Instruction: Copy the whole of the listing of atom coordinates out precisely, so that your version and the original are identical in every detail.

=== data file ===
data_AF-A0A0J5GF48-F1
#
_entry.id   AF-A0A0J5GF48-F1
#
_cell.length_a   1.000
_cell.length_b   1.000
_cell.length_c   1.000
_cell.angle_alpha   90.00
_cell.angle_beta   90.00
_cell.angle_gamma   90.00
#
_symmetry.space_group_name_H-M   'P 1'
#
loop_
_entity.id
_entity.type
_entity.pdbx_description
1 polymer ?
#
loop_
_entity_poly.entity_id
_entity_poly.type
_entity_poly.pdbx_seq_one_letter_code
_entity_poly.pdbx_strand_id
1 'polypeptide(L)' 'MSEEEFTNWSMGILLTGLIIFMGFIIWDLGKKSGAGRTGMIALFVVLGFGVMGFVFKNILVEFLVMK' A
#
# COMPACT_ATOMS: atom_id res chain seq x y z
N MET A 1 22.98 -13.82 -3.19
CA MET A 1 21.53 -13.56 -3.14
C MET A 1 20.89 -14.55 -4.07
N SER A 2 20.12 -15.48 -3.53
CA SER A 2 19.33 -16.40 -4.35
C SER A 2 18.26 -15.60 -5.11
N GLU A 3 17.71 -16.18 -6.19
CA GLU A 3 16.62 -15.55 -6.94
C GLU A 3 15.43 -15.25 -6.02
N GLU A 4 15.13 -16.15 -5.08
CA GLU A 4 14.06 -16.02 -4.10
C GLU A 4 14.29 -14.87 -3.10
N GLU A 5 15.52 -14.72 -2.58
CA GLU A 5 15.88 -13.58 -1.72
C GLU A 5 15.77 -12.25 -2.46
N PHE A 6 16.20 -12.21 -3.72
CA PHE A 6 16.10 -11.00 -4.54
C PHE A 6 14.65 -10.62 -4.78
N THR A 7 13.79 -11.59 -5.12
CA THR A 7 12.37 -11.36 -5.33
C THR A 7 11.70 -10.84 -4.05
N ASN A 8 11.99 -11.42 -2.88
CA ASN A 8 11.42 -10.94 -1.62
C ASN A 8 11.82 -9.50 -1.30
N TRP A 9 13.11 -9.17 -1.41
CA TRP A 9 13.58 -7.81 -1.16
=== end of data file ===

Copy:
data_AF-A0A0J5GF48-F1
#
_entry.id   AF-A0A0J5GF48-F1
#
_cell.length_a   1.000
_cell.length_b   1.000
_cell.length_c   1.000
_cell.angle_alpha   90.00
_cell.angle_beta   90.00
_cell.angle_gamma   90.00
#
_symmetry.space_group_name_H-M   'P 1'
#
loop_
_entity.id
_entity.type
_entity.pdbx_description
1 polymer ?
#
loop_
_entity_poly.entity_id
_entity_poly.type
_entity_poly.pdbx_seq_one_letter_code
_entity_poly.pdbx_strand_id
1 'polypeptide(L)' 'MSEEEFTNWSMGILLTGLIIFMGFIIWDLGKKSGAGRTGMIALFVVLGFGVMGFVFKNILVEFLVMK' A
#
# COMPACT_ATOMS: atom_id res chain seq x y z
N MET A 1 22.98 -13.82 -3.19
CA MET A 1 21.53 -13.56 -3.14
C MET A 1 20.89 -14.55 -4.07
N SER A 2 20.12 -15.48 -3.53
CA SER A 2 19.33 -16.40 -4.35
C SER A 2 18.26 -15.60 -5.11
N GLU A 3 17.71 -16.18 -6.19
CA GLU A 3 16.62 -15.55 -6.94
C GLU A 3 15.43 -15.25 -6.02
N GLU A 4 15.13 -16.15 -5.08
CA GLU A 4 14.06 -16.02 -4.10
C GLU A 4 14.29 -14.87 -3.10
N GLU A 5 15.52 -14.72 -2.58
CA GLU A 5 15.88 -13.58 -1.72
C GLU A 5 15.77 -12.25 -2.46
N PHE A 6 16.20 -12.21 -3.72
CA PHE A 6 16.10 -11.00 -4.54
C PHE A 6 14.65 -10.62 -4.78
N THR A 7 13.79 -11.59 -5.12
CA THR A 7 12.37 -11.36 -5.33
C THR A 7 11.70 -10.84 -4.05
N ASN A 8 11.99 -11.42 -2.88
CA ASN A 8 11.42 -10.94 -1.62
C ASN A 8 11.82 -9.50 -1.30
N TRP A 9 13.11 -9.17 -1.41
CA TRP A 9 13.58 -7.81 -1.16